A study recently reported that sperm counts have dropped 50 percent in the last 40 years. That’s a significant decrease. The head of the study, Hagai Levine, called it an "urgent wake-up call" for researchers and authorities to investigate this drop to protect male reproductive health. Unfortunately, if you're trying to have a baby right now, no amount of urgency in the scientific community will make much of a difference.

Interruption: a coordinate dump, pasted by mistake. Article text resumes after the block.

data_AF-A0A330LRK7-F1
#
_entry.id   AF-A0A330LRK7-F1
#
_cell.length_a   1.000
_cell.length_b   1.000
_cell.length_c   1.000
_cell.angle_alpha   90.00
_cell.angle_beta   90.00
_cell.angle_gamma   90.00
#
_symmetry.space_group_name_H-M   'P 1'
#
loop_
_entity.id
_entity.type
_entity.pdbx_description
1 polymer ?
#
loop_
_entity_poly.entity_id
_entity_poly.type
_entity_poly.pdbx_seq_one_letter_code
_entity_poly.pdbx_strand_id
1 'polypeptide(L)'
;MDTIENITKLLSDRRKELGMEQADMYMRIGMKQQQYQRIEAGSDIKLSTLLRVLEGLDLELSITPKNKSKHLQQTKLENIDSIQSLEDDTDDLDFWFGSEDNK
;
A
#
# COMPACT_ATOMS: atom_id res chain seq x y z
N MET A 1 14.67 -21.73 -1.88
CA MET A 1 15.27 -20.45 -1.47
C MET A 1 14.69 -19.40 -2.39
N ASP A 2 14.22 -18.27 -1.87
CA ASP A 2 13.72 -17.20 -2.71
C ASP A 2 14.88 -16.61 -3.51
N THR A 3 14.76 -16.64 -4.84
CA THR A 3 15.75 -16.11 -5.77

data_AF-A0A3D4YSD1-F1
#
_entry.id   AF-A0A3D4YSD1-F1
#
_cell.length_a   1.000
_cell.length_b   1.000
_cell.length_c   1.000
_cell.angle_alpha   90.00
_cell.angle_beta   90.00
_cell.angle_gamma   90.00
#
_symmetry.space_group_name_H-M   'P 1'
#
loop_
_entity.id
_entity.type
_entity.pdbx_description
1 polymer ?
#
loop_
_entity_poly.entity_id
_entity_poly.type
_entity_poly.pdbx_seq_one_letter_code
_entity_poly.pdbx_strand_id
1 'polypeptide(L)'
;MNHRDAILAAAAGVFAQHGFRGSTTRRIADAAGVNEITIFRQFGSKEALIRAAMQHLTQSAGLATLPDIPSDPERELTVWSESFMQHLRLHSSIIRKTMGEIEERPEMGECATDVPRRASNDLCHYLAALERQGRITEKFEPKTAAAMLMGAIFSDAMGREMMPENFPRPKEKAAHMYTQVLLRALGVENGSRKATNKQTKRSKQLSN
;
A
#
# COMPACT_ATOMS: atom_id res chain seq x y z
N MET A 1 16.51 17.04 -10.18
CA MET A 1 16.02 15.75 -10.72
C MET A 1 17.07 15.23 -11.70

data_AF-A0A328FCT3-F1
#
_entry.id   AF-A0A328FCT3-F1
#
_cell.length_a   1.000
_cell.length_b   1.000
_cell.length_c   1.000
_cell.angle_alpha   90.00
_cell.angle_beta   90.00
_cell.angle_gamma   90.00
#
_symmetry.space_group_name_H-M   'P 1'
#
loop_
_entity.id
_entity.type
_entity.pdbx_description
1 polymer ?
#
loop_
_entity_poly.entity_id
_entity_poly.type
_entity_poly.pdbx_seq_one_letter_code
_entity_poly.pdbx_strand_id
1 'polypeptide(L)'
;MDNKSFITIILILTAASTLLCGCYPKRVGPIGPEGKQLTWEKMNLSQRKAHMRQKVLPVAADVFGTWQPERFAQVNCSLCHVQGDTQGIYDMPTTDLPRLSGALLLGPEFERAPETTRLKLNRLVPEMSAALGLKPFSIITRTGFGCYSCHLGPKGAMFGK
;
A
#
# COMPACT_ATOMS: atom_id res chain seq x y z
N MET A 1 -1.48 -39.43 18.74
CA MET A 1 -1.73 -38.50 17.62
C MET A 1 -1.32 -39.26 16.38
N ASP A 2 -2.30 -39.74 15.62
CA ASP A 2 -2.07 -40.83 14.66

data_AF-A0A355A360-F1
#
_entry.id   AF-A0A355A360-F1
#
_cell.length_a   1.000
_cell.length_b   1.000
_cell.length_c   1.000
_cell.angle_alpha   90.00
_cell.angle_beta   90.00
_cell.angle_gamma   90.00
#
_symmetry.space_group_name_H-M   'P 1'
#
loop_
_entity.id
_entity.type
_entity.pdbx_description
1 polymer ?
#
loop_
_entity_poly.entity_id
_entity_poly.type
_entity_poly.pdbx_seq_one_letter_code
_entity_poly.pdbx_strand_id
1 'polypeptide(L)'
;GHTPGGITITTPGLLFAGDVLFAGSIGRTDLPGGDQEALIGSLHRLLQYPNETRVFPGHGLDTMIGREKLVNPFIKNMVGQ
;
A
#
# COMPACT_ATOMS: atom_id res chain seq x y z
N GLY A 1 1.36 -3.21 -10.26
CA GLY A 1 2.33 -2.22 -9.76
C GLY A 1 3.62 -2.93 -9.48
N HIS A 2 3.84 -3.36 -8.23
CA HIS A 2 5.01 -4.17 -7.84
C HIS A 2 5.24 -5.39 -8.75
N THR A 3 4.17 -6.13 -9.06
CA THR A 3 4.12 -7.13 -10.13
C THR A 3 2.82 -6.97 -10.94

So if you're concerned about your or your partner’s sperm count, have it checked so you know exactly where you are. In simple terms: The more sperm in semen, the higher chance that a single sperm will reach and implant itself into an egg. The health of the sperm is also a factor in the ability to reproduce, and a semen analysis conducted at a laboratory is the most accurate method to determine this. According to the American Pregnancy Association, male infertility is a factor in approximately 50 percent of infertility cases, but let’s not dwell on the statistics, and instead let’s try for positive change. Here are 10 tips to avoid low sperm count: